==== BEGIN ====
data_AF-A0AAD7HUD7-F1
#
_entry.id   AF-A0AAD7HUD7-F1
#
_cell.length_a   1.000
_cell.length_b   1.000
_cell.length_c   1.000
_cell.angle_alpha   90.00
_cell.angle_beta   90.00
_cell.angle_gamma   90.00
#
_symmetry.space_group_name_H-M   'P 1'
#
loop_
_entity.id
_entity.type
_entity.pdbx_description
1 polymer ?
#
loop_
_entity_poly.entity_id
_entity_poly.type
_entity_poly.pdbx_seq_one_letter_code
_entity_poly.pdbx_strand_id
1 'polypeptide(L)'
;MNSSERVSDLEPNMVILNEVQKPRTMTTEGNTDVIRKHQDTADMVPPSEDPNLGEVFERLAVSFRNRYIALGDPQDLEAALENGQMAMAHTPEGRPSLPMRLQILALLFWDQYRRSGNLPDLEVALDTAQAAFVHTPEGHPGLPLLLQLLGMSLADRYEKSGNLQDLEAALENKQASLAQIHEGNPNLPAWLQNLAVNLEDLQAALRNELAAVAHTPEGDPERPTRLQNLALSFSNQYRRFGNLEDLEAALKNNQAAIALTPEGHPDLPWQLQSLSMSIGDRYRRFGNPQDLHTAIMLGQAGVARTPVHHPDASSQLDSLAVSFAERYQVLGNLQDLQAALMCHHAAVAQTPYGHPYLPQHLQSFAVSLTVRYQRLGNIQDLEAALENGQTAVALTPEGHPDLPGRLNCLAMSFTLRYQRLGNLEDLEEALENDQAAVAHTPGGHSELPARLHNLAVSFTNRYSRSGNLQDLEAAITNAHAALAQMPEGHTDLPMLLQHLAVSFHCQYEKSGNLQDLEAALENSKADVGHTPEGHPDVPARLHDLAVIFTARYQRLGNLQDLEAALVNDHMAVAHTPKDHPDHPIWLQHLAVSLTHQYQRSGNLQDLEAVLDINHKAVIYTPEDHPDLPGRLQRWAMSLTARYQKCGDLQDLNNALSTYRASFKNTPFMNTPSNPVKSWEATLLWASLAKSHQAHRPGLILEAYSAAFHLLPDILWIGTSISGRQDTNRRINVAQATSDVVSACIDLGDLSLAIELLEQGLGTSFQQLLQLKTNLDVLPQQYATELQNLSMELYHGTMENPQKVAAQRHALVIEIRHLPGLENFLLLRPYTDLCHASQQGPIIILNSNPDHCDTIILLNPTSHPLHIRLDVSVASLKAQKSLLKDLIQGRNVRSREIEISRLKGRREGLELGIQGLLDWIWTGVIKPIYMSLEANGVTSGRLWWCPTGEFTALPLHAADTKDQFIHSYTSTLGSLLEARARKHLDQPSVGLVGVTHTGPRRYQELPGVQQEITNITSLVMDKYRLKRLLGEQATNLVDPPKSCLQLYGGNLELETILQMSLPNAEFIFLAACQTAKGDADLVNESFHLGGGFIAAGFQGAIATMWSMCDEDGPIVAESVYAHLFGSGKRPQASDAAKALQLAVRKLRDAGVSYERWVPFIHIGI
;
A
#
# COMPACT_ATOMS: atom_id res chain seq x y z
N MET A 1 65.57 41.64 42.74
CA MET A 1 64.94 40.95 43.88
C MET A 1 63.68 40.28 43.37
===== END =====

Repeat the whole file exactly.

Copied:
data_AF-A0AAD7HUD7-F1
#
_entry.id   AF-A0AAD7HUD7-F1
#
_cell.length_a   1.000
_cell.length_b   1.000
_cell.length_c   1.000
_cell.angle_alpha   90.00
_cell.angle_beta   90.00
_cell.angle_gamma   90.00
#
_symmetry.space_group_name_H-M   'P 1'
#
loop_
_entity.id
_entity.type
_entity.pdbx_description
1 polymer ?
#
loop_
_entity_poly.entity_id
_entity_poly.type
_entity_poly.pdbx_seq_one_letter_code
_entity_poly.pdbx_strand_id
1 'polypeptide(L)'
;MNSSERVSDLEPNMVILNEVQKPRTMTTEGNTDVIRKHQDTADMVPPSEDPNLGEVFERLAVSFRNRYIALGDPQDLEAALENGQMAMAHTPEGRPSLPMRLQILALLFWDQYRRSGNLPDLEVALDTAQAAFVHTPEGHPGLPLLLQLLGMSLADRYEKSGNLQDLEAALENKQASLAQIHEGNPNLPAWLQNLAVNLEDLQAALRNELAAVAHTPEGDPERPTRLQNLALSFSNQYRRFGNLEDLEAALKNNQAAIALTPEGHPDLPWQLQSLSMSIGDRYRRFGNPQDLHTAIMLGQAGVARTPVHHPDASSQLDSLAVSFAERYQVLGNLQDLQAALMCHHAAVAQTPYGHPYLPQHLQSFAVSLTVRYQRLGNIQDLEAALENGQTAVALTPEGHPDLPGRLNCLAMSFTLRYQRLGNLEDLEEALENDQAAVAHTPGGHSELPARLHNLAVSFTNRYSRSGNLQDLEAAITNAHAALAQMPEGHTDLPMLLQHLAVSFHCQYEKSGNLQDLEAALENSKADVGHTPEGHPDVPARLHDLAVIFTARYQRLGNLQDLEAALVNDHMAVAHTPKDHPDHPIWLQHLAVSLTHQYQRSGNLQDLEAVLDINHKAVIYTPEDHPDLPGRLQRWAMSLTARYQKCGDLQDLNNALSTYRASFKNTPFMNTPSNPVKSWEATLLWASLAKSHQAHRPGLILEAYSAAFHLLPDILWIGTSISGRQDTNRRINVAQATSDVVSACIDLGDLSLAIELLEQGLGTSFQQLLQLKTNLDVLPQQYATELQNLSMELYHGTMENPQKVAAQRHALVIEIRHLPGLENFLLLRPYTDLCHASQQGPIIILNSNPDHCDTIILLNPTSHPLHIRLDVSVASLKAQKSLLKDLIQGRNVRSREIEISRLKGRREGLELGIQGLLDWIWTGVIKPIYMSLEANGVTSGRLWWCPTGEFTALPLHAADTKDQFIHSYTSTLGSLLEARARKHLDQPSVGLVGVTHTGPRRYQELPGVQQEITNITSLVMDKYRLKRLLGEQATNLVDPPKSCLQLYGGNLELETILQMSLPNAEFIFLAACQTAKGDADLVNESFHLGGGFIAAGFQGAIATMWSMCDEDGPIVAESVYAHLFGSGKRPQASDAAKALQLAVRKLRDAGVSYERWVPFIHIGI
;
A
#
# COMPACT_ATOMS: atom_id res chain seq x y z
N MET A 1 65.57 41.64 42.74
CA MET A 1 64.94 40.95 43.88
C MET A 1 63.68 40.28 43.37